Algebraic Data Types, pt 2: Case analysis is not a nested conditional

In the previous post in this series, I gave an example of trees in Python and Haskell:

class Tree:
    def __init__(self, value=None, left=None, right=None):
        self.value = value
        self.left = left
        self.right= right
    def preorder(self):
        if self.value is None: return []
        else:
            if self.left is None: left_pre = []
            else: left_pre = self.left.preorder()
            if self.right is None: right_pre = []
            else: right_pre = self.right.preorder()
            return left_pre + [self.value] + right_pre
data Tree = Empty | Branch Int Tree Tree
preorder Empty = []
preorder (Branch val left right) = preorder left ++ [val] ++ preorder right

It’s probably possible to capture some of the clarity of the Haskell version in our Python (perhaps by making the __init__ code a bit more complex, but that’s okay since most users of the class won’t have to modify __init__):

class Tree2:
    def __init__(self, value=None, left=None, right=None):
        if value is None and left is None and right is None:
            self.shape = 'empty'
        elif (value is not None and left is not None
              and right is not None):
            self.shape = 'branch'
            self.value = value
            self.left = left
            self.right = right
        else:
            raise SomeKindOfError
# finally, the actual function
def preorder(tree):
    if tree.shape == 'empty':
        return []
    elif tree.shape == 'branch'
        # We know the left and right subtrees are not None
        return preorder(tree.left) + [tree.value] + preorder(tree.right)
    else:
        raise ValueError("%s is not a valid tree!" % tree)

Indeed, this captures some of the clarity of the Haskell code: instead of writing preorder as a series of nested binary tests that interleave detective work (figuring out what shape our data has) with application logic (actually computing the preorder of the tree), we hide all the detective work in the Tree constructor, and all preorder has to do is query the information that’s already there. To someone reading preorder (and who knows what a Tree is), it’s immediately obvious what we’ve learned in each branch of the conditional: either the tree is 'empty' or we’re looking at a 'branch'.

But clarity is only one of the things that case analysis buys us. I can immediately think of two other things that you don’t get by simulating case analysis with a series of conditionals:

First, they’re easier for the compiler to understand, and more things the compiler understands means fewer things the programmer has to remember. For example, in our Python code above, it’s up to the programmer to remember that tree.shape == 'branch' means that tree has left, right, and value attributes that are not None. In Haskell, the compiler knows what attributes each constructor has, and if the programmer tries to use an attribute that isn’t present, the compiler will catch that mistake. Also, the compiler knows how many cases there are and can issue a warning if you miss any — this can be very helpful with more complex patterns or with data types have more constructors. For example, consider the following type for representing mathematical expressions (perhaps we’re implementing a calculator and we want to echo the expression back to the user instead of just displaying its result):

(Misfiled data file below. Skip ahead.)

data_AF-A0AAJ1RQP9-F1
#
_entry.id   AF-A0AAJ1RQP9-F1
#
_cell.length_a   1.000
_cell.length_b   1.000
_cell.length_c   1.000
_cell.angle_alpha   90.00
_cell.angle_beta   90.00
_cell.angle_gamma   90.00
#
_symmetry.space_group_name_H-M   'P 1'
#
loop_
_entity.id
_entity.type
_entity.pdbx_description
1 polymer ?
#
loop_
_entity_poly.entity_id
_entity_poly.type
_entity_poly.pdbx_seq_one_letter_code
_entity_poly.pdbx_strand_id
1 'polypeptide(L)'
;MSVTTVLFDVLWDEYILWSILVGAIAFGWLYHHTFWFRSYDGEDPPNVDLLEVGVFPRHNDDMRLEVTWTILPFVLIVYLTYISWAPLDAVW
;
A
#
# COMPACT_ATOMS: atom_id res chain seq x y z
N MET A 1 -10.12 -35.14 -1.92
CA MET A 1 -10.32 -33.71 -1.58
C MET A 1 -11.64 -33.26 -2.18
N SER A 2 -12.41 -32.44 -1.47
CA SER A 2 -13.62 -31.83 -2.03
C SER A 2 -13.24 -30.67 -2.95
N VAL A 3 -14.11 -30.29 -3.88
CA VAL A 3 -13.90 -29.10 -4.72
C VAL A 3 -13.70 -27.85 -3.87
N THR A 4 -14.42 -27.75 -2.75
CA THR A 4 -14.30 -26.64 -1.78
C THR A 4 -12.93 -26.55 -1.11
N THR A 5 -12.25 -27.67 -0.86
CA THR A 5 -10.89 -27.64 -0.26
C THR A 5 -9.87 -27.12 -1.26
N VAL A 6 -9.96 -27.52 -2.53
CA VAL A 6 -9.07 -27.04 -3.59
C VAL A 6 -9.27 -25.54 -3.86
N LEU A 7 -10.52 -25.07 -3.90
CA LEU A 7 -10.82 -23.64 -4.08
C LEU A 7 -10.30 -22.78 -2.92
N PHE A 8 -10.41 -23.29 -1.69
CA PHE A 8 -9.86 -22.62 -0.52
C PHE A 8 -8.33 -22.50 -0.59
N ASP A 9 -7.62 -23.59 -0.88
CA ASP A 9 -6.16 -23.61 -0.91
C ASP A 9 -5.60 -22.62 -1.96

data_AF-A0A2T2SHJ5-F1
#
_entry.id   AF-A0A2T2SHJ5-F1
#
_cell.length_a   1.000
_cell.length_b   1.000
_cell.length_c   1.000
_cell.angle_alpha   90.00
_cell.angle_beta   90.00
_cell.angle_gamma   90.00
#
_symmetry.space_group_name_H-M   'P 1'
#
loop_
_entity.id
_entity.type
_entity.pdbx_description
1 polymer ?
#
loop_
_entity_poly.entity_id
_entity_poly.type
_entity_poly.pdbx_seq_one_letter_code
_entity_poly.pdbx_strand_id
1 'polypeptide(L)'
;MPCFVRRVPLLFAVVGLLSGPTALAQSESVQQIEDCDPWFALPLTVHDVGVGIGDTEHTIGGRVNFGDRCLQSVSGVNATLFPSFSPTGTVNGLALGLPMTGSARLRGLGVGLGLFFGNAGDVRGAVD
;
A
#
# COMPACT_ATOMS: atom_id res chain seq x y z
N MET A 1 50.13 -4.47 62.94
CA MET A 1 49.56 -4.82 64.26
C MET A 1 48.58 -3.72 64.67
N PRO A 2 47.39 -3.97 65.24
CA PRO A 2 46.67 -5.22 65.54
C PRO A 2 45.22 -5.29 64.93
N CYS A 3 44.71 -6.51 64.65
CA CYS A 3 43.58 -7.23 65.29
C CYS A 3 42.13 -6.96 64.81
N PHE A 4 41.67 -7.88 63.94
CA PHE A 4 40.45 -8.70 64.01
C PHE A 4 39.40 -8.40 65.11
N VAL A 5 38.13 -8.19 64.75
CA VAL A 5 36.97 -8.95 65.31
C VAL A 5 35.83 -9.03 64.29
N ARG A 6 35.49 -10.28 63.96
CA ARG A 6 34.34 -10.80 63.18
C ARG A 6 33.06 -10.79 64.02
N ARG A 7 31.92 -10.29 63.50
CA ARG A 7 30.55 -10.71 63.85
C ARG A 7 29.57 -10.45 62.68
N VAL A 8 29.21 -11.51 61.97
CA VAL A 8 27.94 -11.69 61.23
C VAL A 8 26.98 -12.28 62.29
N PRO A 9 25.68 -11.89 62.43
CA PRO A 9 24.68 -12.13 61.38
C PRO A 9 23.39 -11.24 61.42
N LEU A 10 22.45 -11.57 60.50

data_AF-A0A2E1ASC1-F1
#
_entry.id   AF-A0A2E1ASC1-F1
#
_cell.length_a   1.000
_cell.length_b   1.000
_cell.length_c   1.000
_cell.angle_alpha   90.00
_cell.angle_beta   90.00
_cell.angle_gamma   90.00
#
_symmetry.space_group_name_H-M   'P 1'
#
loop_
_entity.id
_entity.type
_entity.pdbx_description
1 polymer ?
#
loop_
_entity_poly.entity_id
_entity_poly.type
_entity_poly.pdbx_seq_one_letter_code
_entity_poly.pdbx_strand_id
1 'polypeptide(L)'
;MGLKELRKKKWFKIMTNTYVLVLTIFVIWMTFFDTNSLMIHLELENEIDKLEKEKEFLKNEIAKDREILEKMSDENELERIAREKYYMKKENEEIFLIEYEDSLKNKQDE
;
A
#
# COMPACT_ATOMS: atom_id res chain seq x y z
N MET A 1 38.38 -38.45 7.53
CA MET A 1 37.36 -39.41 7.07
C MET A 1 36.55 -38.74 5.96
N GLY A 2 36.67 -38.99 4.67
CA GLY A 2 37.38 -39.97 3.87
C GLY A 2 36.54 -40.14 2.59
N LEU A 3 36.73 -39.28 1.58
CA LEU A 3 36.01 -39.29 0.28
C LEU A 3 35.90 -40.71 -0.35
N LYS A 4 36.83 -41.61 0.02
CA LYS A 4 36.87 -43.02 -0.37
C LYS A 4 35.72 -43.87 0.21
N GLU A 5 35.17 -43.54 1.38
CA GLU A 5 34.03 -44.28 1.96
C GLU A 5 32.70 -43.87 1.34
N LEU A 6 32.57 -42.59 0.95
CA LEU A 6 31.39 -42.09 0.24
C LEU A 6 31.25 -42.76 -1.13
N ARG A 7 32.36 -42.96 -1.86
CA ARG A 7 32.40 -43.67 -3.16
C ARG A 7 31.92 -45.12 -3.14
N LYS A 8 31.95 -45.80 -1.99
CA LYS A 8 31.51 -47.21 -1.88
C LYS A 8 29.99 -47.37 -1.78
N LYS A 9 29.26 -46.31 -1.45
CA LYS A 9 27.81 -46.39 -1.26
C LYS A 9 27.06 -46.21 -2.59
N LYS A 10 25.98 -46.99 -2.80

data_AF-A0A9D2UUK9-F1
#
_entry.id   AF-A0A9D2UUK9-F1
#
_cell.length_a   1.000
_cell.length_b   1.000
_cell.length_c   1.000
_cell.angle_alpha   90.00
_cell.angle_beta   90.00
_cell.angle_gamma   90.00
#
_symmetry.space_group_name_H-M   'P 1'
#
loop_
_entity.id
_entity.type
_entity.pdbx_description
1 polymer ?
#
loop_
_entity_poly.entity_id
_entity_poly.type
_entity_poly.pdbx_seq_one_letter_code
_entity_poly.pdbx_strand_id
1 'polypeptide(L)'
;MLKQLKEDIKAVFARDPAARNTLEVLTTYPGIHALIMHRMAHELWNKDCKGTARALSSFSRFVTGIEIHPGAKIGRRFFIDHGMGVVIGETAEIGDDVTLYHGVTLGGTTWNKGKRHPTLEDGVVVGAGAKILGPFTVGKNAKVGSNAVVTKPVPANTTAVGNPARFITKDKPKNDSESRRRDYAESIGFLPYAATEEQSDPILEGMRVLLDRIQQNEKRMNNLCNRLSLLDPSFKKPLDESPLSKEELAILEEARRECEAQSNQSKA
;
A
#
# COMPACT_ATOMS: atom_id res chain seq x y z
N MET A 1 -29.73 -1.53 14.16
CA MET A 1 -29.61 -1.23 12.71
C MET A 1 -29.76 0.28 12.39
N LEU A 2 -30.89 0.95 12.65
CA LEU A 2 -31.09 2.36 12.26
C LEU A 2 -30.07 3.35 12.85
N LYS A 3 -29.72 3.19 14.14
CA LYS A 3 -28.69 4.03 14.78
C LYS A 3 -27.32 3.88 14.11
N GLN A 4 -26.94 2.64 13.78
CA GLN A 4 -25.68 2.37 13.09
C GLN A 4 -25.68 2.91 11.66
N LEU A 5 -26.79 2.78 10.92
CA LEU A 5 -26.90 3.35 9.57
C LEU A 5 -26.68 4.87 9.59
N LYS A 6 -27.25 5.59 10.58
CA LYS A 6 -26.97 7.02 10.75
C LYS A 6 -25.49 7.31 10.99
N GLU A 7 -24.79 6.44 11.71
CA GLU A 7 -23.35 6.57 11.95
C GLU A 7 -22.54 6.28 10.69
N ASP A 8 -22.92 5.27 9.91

data Exp = Add Exp Exp | Sub Exp Exp | Mult Exp Exp | Neg Exp | Constant Int
eval :: Exp -> Int
eval (Constant x) = x
eval (Add x y) = eval x + eval y
eval (Sub x y) = eval x - eval y
eval (Mult x y) = eval x * eval y
eval (Neg x) = - (eval x)

That’s kind of a lot of constructors, and it’s easy to imagine extending this type with even more (variables are an obvious next step). Translating this into a Python class would be kind of tedious, and users of the class would need to remember what “shapes” to test and what data each shape contains. In Haskell, though, the compiler will immediately tell you whether you’ve handled every case correctly!

Second, case analysis can be compiled into more efficient code than a series of conditionals. In Python, the entire logic of “We know this data type has one of the following shapes:” is handled in user-level code. In this implementation, that means repeatedly fetching a string attribute and comparing it to one of the alternatives. But in a language where the compiler knows about case analysis, we can hide all of this dispatching logic away from the programmer, and that means that we can make all kinds of optimizations that would make the Python less readable. For example, in GHC, each data constructor is represented as just part of an integer (it only needs to be a couple bits, so it’s stored alongside some other pieces of data that only need to be a couple bits), and in many cases a pattern match can be compiled as a jump table lookup instead of sequentially testing alternatives.

Finally, in case this isn’t immediately obvious: boolean conditional branching can be implemented as a special case of case analysis. First, case analysis isn’t just a top-level function definition thing: we could rewrite our earlier tree functions with a so-called “case expression” instead.

preorder tree = case tree of
  Empty -> []
  Branch val left right -> preorder left ++ [val] ++ preorder right

So now we see that doing case analysis on a boolean is pretty much the same as an if expression:

if cond then trueVal else falseVal
-- is the same as
case cond of
  True -> trueVal
  False -> falseVal

Taking case analysis as a language primitive and deriving boolean branching from there is much nicer than taking boolean branching as primitive and trying to derive case analysis from that.

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